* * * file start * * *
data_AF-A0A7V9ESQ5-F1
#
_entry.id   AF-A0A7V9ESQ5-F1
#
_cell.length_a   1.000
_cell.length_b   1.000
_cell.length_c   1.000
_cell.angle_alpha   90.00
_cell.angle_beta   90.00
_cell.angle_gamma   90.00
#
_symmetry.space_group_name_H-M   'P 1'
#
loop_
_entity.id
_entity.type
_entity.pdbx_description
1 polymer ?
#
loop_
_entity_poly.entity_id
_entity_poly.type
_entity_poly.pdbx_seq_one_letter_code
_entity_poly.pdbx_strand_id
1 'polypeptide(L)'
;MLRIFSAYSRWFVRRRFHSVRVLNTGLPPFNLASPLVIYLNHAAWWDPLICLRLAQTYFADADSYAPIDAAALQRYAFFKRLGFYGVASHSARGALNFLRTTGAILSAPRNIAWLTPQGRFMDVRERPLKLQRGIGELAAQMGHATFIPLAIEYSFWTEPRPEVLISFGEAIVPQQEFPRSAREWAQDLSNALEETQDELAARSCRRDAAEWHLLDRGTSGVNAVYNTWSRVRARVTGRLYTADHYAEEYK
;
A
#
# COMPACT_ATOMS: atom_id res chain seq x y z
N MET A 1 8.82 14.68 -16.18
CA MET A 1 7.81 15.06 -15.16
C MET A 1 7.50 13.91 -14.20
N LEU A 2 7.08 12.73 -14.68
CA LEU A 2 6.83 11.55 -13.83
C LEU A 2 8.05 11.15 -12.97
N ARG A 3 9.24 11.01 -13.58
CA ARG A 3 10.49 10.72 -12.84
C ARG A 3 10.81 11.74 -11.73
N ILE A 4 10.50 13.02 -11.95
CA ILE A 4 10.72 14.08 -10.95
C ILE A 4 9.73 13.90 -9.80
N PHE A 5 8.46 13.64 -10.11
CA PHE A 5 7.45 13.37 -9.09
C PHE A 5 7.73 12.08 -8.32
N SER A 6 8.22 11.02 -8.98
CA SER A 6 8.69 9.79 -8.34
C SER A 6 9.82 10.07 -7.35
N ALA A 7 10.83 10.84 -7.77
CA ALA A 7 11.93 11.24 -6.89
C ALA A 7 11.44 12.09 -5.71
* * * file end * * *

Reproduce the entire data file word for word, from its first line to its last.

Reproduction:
data_AF-A0A7V9ESQ5-F1
#
_entry.id   AF-A0A7V9ESQ5-F1
#
_cell.length_a   1.000
_cell.length_b   1.000
_cell.length_c   1.000
_cell.angle_alpha   90.00
_cell.angle_beta   90.00
_cell.angle_gamma   90.00
#
_symmetry.space_group_name_H-M   'P 1'
#
loop_
_entity.id
_entity.type
_entity.pdbx_description
1 polymer ?
#
loop_
_entity_poly.entity_id
_entity_poly.type
_entity_poly.pdbx_seq_one_letter_code
_entity_poly.pdbx_strand_id
1 'polypeptide(L)'
;MLRIFSAYSRWFVRRRFHSVRVLNTGLPPFNLASPLVIYLNHAAWWDPLICLRLAQTYFADADSYAPIDAAALQRYAFFKRLGFYGVASHSARGALNFLRTTGAILSAPRNIAWLTPQGRFMDVRERPLKLQRGIGELAAQMGHATFIPLAIEYSFWTEPRPEVLISFGEAIVPQQEFPRSAREWAQDLSNALEETQDELAARSCRRDAAEWHLLDRGTSGVNAVYNTWSRVRARVTGRLYTADHYAEEYK
;
A
#
# COMPACT_ATOMS: atom_id res chain seq x y z
N MET A 1 8.82 14.68 -16.18
CA MET A 1 7.81 15.06 -15.16
C MET A 1 7.50 13.91 -14.20
N LEU A 2 7.08 12.73 -14.68
CA LEU A 2 6.83 11.55 -13.83
C LEU A 2 8.05 11.15 -12.97
N ARG A 3 9.24 11.01 -13.58
CA ARG A 3 10.49 10.72 -12.84
C ARG A 3 10.81 11.74 -11.73
N ILE A 4 10.50 13.02 -11.95
CA ILE A 4 10.72 14.08 -10.95
C ILE A 4 9.73 13.90 -9.80
N PHE A 5 8.46 13.64 -10.11
CA PHE A 5 7.45 13.37 -9.09
C PHE A 5 7.73 12.08 -8.32
N SER A 6 8.22 11.02 -8.98
CA SER A 6 8.69 9.79 -8.34
C SER A 6 9.82 10.07 -7.35
N ALA A 7 10.83 10.84 -7.77
CA ALA A 7 11.93 11.24 -6.89
C ALA A 7 11.44 12.09 -5.71